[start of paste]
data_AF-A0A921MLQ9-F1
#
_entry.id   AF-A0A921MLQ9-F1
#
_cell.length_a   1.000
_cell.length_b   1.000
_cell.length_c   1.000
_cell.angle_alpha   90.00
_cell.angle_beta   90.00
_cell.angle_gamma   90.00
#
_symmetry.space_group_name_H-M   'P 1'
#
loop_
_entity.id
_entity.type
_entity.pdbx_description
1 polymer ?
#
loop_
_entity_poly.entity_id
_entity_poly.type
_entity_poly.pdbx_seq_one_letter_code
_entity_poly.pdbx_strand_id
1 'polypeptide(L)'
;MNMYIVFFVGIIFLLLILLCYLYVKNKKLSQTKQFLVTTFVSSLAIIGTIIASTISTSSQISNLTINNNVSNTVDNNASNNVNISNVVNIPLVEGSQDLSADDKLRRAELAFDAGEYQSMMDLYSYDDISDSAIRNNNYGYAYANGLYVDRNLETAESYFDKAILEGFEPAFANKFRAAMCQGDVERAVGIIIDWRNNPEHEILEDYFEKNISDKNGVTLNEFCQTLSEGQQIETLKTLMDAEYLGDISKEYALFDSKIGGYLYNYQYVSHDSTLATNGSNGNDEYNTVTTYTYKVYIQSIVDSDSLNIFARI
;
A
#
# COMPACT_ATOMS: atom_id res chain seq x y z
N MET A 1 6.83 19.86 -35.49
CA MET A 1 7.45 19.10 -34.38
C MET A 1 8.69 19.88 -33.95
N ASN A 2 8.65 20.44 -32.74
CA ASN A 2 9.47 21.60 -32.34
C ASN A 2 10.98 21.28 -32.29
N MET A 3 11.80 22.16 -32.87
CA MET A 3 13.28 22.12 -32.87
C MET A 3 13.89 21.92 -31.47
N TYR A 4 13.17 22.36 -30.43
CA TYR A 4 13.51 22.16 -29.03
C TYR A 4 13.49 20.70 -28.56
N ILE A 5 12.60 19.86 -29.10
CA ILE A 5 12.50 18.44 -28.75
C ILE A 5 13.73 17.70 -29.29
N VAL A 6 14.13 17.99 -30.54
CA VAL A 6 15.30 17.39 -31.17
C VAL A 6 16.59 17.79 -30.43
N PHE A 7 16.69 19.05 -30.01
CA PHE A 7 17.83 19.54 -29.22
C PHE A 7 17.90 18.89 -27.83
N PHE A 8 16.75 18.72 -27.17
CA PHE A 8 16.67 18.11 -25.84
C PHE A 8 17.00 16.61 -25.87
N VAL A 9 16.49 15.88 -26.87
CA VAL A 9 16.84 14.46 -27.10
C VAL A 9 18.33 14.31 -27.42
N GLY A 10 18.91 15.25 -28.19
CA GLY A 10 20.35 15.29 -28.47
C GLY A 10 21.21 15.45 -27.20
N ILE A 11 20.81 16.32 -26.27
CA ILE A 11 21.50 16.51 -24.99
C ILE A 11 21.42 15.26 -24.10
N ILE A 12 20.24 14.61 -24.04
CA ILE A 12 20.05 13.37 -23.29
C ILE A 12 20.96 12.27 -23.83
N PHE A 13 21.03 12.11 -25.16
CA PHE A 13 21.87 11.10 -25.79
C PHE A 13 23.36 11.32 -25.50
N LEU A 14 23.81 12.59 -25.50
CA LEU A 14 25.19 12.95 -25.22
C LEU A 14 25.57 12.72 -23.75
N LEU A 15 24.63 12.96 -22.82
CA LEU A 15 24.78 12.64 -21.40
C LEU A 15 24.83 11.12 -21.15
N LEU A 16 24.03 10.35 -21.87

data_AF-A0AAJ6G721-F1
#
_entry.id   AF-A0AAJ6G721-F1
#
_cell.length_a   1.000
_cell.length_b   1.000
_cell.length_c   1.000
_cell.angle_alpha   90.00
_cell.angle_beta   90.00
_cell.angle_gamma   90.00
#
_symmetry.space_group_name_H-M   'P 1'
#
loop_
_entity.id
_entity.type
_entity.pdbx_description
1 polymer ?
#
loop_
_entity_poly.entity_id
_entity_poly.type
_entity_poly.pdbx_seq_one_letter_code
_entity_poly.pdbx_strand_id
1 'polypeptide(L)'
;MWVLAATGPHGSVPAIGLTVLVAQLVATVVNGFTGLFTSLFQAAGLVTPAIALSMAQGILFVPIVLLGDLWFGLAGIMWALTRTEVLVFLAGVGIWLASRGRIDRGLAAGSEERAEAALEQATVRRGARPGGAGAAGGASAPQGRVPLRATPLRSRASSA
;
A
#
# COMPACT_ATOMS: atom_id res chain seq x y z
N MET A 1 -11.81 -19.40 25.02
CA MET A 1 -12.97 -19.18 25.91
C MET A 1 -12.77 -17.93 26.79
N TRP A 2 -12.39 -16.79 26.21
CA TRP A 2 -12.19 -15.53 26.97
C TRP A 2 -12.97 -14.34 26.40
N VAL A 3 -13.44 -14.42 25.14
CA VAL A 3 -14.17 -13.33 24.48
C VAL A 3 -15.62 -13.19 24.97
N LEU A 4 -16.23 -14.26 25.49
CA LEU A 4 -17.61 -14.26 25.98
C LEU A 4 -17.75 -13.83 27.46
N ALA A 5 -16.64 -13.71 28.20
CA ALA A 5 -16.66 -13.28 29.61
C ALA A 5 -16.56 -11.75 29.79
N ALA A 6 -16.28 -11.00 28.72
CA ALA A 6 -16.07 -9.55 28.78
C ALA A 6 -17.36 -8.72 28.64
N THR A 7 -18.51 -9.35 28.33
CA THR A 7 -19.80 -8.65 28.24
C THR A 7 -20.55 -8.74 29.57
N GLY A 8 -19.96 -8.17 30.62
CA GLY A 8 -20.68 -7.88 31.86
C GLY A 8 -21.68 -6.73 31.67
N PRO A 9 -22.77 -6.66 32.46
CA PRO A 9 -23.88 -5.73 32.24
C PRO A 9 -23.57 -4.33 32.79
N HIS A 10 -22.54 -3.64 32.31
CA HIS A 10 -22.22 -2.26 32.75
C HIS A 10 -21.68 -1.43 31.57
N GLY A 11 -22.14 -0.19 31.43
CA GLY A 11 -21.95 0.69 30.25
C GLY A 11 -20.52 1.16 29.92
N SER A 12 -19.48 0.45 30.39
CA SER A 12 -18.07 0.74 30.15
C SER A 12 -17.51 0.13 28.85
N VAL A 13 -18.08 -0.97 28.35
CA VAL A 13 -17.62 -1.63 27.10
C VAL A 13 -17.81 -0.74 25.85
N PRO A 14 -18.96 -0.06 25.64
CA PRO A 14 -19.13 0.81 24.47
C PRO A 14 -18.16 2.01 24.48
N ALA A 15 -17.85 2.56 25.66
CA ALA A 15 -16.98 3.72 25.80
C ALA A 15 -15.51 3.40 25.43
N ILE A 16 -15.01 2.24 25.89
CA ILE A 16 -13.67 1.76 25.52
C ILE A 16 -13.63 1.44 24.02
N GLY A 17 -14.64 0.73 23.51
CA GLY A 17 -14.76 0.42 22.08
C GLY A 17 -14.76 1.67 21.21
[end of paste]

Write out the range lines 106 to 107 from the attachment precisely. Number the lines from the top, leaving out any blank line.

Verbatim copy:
# COMPACT_ATOMS: atom_id res chain seq x y z
N MET A 1 -11.81 -19.40 25.02